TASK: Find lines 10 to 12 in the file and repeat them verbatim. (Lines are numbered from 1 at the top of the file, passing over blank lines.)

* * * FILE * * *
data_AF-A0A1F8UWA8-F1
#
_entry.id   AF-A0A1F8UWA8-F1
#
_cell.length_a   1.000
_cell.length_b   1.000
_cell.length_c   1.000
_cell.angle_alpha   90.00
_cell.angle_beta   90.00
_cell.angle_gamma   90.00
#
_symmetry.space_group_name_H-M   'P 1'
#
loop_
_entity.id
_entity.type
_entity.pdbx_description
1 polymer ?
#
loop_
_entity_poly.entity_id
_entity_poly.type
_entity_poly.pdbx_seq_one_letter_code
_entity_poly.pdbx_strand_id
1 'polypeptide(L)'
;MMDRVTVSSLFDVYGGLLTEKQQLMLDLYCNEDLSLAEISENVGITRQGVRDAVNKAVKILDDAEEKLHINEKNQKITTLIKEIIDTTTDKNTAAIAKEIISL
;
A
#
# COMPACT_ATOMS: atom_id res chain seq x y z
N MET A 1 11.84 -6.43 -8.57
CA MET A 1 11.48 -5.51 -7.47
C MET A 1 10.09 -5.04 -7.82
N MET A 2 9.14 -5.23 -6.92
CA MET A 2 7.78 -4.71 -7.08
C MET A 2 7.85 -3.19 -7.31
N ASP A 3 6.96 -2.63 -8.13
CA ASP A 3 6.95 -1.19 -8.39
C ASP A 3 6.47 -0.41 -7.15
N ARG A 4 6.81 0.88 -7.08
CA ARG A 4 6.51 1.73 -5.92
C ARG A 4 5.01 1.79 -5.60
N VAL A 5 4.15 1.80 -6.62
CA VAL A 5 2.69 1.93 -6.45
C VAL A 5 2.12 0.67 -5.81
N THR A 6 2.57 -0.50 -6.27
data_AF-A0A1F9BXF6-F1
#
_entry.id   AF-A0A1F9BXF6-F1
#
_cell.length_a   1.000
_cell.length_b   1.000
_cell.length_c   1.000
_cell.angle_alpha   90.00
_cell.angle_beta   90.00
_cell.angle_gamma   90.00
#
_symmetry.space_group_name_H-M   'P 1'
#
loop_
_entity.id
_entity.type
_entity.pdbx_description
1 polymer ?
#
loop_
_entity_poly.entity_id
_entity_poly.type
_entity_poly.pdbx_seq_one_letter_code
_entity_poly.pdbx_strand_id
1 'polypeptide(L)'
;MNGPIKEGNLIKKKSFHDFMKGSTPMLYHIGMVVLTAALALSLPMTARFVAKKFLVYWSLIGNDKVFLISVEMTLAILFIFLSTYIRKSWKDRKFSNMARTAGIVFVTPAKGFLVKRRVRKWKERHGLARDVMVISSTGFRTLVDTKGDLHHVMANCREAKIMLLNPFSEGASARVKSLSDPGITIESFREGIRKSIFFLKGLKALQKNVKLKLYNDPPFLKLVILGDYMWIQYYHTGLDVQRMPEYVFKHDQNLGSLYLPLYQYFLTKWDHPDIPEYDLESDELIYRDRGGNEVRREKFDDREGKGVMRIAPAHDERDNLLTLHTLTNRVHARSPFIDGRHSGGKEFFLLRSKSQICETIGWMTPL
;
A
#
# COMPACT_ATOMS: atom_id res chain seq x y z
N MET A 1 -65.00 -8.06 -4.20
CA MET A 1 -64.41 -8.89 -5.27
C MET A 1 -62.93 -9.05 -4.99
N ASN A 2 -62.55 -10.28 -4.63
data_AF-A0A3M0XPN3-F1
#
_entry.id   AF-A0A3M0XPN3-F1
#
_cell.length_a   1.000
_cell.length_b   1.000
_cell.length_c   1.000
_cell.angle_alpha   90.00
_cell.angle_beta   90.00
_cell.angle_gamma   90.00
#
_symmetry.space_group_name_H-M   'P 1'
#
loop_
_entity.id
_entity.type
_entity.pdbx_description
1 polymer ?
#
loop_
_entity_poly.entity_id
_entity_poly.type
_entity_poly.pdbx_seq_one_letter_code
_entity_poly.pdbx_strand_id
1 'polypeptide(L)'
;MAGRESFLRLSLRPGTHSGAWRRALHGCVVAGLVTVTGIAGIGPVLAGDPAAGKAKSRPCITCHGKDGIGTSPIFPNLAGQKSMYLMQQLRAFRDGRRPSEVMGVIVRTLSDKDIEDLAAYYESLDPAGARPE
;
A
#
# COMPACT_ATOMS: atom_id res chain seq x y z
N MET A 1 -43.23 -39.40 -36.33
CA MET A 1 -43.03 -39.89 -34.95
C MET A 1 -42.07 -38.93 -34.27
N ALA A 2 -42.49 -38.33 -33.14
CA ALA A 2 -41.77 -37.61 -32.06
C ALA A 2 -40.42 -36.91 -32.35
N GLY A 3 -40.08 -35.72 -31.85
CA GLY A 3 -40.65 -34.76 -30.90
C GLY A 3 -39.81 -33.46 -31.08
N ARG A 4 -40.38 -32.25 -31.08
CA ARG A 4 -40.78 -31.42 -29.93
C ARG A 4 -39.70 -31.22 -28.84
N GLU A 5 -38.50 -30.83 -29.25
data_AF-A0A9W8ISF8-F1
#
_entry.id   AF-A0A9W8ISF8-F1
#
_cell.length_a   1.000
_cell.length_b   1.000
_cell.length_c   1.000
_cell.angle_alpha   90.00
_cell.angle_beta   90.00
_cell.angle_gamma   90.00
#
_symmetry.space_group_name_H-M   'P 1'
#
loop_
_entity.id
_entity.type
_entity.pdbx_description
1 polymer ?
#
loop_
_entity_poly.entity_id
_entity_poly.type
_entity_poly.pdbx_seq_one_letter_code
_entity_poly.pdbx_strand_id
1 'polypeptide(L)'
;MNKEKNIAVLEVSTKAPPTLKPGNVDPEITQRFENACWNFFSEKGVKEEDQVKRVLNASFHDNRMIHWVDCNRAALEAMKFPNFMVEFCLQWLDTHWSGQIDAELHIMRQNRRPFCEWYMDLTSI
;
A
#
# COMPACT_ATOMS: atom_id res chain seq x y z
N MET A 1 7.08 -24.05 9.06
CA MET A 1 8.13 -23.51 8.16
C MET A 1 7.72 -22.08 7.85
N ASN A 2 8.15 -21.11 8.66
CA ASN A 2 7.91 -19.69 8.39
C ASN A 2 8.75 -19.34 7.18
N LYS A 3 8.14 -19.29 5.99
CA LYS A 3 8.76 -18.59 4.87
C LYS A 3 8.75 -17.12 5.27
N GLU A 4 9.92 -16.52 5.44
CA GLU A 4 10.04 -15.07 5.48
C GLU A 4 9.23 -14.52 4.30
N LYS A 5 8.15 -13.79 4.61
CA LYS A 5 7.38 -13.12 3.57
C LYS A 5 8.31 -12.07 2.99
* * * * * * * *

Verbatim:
_cell.angle_gamma   90.00
#
_symmetry.space_group_name_H-M   'P 1'